To date, including early Q4 deals such as Blockchain's $30.5 million round a total of $317m has now been invested in bitcoin startups since 2012; 71% of this figure ($224m) has come in 2014 alone (Slide 27).
2014 VC investment to exceed 1995 Internet
One of the more widely discussed elements of earlier State of Bitcoin reports has been our comparison of the level of investment in early Internet startups versus investment in early bitcoin startups.
VCs such as Marc Andreessen have compared bitcoin’s overall potential, as well as its current stage of development, to the Internet circa 1993.
Our comparison was meant to assess whether VCs are backing up their lofty bitcoin statements with their wallets. And notwithstanding a number of methodological issues which we discussed previously with making this comparison (including inflation and changes over time in the cost of launching a startup), we feel the comparison is still interesting and useful.
We are currently projecting a total of $290m to be invested in bitcoin startups for the calendar year of 2014. This figure would well exceed the $250m invested in first sequence Internet startups in 1995 (Slide 32).
*Note: Only includes first sequence venture deals; late-stage 1995 Internet investments totaling $257.6m are excluded.
Sources: PricewaterhouseCoopers, National Venture Capital Association, CoinDesk, Dow Jones VentureSource, VentureScanner.
The 2014 run rate for publicly-disclosed VC investment in bitcoin startups would also equal nearly three times more than the total investment VCs made in bitcoin startups in 2013.
In short, a ‘wall of money’ continues flowing towards bitcoin startups. This massive investment made by venture capitalists is shaping up to be one of the most important bitcoin stories for 2014.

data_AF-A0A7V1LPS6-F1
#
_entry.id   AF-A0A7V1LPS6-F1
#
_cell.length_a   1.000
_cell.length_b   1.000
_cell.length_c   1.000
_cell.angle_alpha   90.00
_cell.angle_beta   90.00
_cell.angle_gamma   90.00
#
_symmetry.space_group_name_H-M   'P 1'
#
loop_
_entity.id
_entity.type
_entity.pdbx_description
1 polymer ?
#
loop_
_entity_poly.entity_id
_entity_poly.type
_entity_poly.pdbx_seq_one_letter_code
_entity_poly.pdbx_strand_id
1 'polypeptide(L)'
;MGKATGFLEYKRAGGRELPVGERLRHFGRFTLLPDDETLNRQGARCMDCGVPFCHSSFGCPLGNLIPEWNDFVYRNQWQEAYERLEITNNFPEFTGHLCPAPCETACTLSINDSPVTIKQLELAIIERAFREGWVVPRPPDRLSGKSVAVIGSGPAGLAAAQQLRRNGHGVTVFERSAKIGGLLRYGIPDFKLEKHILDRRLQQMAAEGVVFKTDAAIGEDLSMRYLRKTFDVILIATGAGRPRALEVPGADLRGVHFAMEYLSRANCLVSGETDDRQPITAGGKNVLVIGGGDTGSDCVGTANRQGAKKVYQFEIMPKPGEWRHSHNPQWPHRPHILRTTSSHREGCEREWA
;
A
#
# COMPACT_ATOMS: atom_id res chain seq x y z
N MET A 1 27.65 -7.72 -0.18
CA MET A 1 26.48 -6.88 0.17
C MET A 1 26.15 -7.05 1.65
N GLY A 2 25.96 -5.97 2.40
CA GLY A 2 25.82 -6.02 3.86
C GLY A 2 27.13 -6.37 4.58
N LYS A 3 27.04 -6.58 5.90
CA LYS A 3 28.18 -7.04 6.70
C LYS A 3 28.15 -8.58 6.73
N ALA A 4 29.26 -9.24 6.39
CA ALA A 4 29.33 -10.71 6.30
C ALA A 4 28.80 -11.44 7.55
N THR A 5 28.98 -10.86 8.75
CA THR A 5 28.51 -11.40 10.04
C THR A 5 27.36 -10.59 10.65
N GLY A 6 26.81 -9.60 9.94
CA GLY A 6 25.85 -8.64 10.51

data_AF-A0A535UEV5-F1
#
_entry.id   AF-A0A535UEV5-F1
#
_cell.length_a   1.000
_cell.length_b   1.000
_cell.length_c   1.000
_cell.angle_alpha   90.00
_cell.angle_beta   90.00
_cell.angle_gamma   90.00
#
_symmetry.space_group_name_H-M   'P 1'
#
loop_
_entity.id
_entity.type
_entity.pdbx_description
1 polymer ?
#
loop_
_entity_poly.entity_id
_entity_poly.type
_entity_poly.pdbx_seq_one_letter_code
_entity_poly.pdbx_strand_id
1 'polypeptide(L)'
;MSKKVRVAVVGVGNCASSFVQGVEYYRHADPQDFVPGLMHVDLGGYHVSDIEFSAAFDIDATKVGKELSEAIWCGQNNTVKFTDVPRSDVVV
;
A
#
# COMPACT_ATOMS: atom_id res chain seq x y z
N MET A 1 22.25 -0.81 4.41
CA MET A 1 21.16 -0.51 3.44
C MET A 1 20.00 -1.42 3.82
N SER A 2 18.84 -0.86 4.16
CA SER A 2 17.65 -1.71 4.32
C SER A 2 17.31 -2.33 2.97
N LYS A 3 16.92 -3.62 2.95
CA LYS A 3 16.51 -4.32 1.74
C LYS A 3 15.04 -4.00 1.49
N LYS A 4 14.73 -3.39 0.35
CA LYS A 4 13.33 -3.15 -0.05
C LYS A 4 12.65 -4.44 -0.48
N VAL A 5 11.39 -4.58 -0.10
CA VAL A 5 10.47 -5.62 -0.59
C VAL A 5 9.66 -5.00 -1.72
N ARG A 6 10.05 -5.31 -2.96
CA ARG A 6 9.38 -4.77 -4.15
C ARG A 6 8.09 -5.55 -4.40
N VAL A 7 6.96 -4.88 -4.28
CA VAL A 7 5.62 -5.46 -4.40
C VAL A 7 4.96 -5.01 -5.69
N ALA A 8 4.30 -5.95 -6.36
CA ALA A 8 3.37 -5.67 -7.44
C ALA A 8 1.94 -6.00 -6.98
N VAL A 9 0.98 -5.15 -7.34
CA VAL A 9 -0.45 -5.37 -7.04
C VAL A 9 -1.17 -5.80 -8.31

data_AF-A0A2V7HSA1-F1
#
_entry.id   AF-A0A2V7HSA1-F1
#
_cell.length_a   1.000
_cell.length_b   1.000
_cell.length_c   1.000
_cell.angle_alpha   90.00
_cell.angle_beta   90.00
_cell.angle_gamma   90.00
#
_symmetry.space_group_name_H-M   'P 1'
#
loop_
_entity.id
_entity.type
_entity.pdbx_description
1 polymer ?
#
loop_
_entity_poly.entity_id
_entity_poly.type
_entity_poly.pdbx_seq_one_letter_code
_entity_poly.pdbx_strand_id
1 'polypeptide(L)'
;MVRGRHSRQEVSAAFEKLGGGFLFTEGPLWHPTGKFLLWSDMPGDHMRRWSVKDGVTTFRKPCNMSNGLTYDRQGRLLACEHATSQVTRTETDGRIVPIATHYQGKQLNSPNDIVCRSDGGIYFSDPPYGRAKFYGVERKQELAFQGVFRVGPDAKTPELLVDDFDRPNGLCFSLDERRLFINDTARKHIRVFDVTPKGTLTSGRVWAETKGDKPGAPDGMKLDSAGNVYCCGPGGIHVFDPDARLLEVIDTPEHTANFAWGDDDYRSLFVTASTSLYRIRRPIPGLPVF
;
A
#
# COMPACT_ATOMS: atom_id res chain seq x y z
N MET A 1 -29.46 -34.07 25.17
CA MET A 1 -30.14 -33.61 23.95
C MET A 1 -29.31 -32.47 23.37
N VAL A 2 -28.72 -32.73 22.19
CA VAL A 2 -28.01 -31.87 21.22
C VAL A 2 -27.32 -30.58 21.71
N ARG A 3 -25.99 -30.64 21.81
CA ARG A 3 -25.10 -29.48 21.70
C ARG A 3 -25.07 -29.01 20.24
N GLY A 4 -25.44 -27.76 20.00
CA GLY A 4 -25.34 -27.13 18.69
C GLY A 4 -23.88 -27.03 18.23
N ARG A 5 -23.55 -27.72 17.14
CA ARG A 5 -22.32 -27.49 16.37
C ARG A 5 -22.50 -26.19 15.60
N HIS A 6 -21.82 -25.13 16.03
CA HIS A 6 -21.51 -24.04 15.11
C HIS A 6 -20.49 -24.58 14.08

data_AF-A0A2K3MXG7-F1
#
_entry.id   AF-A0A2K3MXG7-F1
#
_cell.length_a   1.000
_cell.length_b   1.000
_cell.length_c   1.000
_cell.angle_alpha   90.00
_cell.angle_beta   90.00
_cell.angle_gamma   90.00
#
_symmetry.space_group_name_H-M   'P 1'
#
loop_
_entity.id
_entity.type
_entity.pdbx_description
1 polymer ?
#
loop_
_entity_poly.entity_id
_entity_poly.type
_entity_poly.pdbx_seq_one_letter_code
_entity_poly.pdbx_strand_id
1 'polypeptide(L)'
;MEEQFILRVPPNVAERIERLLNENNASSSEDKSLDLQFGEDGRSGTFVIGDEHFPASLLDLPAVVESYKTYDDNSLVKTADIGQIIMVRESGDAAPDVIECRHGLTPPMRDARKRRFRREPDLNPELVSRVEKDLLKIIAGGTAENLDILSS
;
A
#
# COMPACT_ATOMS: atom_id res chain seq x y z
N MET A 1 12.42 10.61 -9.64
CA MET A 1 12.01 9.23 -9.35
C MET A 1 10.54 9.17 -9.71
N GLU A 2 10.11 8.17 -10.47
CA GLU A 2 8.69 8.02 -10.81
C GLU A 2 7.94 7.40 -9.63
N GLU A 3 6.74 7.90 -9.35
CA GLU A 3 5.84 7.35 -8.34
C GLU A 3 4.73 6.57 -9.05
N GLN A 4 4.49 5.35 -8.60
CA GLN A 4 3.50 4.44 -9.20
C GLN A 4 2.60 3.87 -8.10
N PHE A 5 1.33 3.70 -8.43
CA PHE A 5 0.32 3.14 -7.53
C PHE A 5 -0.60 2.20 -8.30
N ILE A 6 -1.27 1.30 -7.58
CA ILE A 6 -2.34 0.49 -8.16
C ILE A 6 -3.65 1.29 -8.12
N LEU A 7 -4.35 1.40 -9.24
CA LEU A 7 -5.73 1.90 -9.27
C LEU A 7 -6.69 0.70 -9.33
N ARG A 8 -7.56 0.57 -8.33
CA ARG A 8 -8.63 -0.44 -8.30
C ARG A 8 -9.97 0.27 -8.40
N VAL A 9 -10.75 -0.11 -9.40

More commerce and consumer traction
Bitcoin has seen much faster adoption as an alternative store of value, or object of speculation, than as a medium of exchange.
In the third quarter Dell became the largest retailer by far to begin accepting bitcoin for payment for anything on the Dell.com site (Slide 44).
Companies like Dell and Purse.io also are giving consumers compelling reasons to actually spend bitcoins by offering savings off full retail price of anywhere between 10-30%.
While we have shaved our end of year forecast slightly we are continuing to see strong growth in the number of merchants accepting bitcoin (Slide 42).
There were 1.2 million new bitcoin wallets created in Q3, representing 21% growth quarter-over-quarter. We continue to forecast 8 million total bitcoin wallets by the end of 2014 (Slide 47).
If you enjoyed the State of Bitcoin Q3 2014 report, you can view more of CoinDesk's Research Reports here. We thank you, our readers, for making CoinDesk the world’s leading source of bitcoin news, analysis and perspective, and we very much welcome your feedback and ideas on how we can make the State of Bitcoin even better.
The CoinDesk Team
 You can access CoinDesk’s full spreadsheet of all bitcoin venture capital deals here.